Rupamali, Rūpāmālī: 4 definitions
Rupamali means something in Hinduism, Sanskrit. If you want to know the exact meaning, history, etymology or English translation of this term then check out the descriptions on this page. Add your comment or reference to a book if you want to contribute to this summary article.
Chandas (prosody, study of Sanskrit metres)Source: Shodhganga: a concise history of Sanskrit Chanda literature
Rūpāmālī (रूपामाली) refers to one of the 130 varṇavṛttas (syllabo-quantitative verse) dealt with in the second chapter of the Vṛttamuktāvalī, ascribed to Durgādatta (19th century), author of eight Sanskrit work and patronised by Hindupati: an ancient king of the Bundela tribe (presently Bundelkhand of Uttar Pradesh). A Varṇavṛtta (e.g., rūpāmālī) refers to a type of classical Sanskrit metre depending on syllable count where the light-heavy patterns are fixed.
Chandas (छन्दस्) refers to Sanskrit prosody and represents one of the six Vedangas (auxiliary disciplines belonging to the study of the Vedas). The science of prosody (chandas-shastra) focusses on the study of the poetic meters such as the commonly known twenty-six metres mentioned by Pingalas.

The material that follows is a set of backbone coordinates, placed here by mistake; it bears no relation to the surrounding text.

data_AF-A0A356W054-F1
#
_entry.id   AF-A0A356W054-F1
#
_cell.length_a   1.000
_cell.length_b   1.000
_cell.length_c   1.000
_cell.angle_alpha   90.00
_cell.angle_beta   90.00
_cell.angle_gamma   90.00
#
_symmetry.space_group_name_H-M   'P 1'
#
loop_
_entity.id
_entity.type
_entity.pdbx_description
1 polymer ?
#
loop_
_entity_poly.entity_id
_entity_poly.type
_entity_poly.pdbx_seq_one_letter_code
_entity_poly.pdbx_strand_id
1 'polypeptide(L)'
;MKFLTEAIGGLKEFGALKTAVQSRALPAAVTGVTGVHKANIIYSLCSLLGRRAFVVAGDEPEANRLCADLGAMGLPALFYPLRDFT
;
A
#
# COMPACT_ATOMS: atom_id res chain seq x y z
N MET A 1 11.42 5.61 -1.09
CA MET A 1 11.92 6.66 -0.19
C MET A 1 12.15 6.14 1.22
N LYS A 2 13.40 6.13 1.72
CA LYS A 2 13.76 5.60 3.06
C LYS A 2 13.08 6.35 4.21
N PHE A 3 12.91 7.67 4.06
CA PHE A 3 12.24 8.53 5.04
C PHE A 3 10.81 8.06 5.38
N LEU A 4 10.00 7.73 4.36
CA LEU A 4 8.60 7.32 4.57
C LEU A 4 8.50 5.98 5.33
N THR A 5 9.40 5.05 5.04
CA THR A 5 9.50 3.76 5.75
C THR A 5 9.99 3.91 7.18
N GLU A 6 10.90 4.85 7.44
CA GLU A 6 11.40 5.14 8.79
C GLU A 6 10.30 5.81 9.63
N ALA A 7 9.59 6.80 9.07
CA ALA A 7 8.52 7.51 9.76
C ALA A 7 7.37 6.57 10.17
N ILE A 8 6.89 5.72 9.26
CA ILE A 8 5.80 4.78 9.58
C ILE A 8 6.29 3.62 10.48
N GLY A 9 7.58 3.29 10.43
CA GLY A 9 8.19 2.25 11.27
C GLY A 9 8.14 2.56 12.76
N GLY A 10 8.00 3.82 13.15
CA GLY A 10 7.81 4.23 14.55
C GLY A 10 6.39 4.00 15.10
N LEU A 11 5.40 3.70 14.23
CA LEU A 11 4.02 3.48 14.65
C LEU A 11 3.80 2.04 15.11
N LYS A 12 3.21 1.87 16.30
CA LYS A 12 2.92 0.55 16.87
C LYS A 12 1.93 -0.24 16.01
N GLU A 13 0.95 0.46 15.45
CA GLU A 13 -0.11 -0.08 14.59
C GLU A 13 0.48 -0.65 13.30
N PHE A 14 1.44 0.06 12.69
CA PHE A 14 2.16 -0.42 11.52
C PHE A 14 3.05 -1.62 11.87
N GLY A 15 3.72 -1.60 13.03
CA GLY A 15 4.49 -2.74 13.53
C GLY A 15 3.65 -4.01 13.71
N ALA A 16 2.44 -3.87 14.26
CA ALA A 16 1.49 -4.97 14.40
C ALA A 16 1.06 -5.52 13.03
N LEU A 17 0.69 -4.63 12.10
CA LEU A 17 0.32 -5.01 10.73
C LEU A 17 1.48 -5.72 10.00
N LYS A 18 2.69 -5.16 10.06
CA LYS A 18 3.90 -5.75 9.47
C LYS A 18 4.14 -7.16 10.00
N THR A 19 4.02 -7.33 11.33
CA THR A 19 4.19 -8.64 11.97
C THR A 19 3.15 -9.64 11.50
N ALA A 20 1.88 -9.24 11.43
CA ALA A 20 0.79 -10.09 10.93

Languages of India and abroad
Sanskrit dictionarySource: Cologne Digital Sanskrit Dictionaries: Monier-Williams Sanskrit-English Dictionary
Rūpamālī (रूपमाली):—[=rūpa-mālī] [from rūpa-mālā > rūpa > rūp] f. Name of a metre, [Colebrooke]
[Sanskrit to German] (Deutsch Wörterbuch)Source: Cologne Digital Sanskrit Dictionaries: Böhtlingk and Roth Grosses Petersburger Wörterbuch
Rūpamālī (रूपमाली):—(!) f. ein best. Metrum: 4 Mal ¯ ¯ ¯ ¯ ¯ ¯ ¯ ¯ ¯ [Colebrooke II, 159] [?(IV, 10, wo 3] m st. rm zu lesen ist).Source: Cologne Digital Sanskrit Dictionaries: Sanskrit-Wörterbuch in kürzerer Fassung
Rūpamālī (रूपमाली):—(!) f. ein best. Metrum.
Sanskrit, also spelled संस्कृतम् (saṃskṛtam), is an ancient language of India commonly seen as the grandmother of the Indo-European language family (even English!). Closely allied with Prakrit and Pali, Sanskrit is more exhaustive in both grammar and terms and has the most extensive collection of literature in the world, greatly surpassing its sister-languages Greek and Latin.
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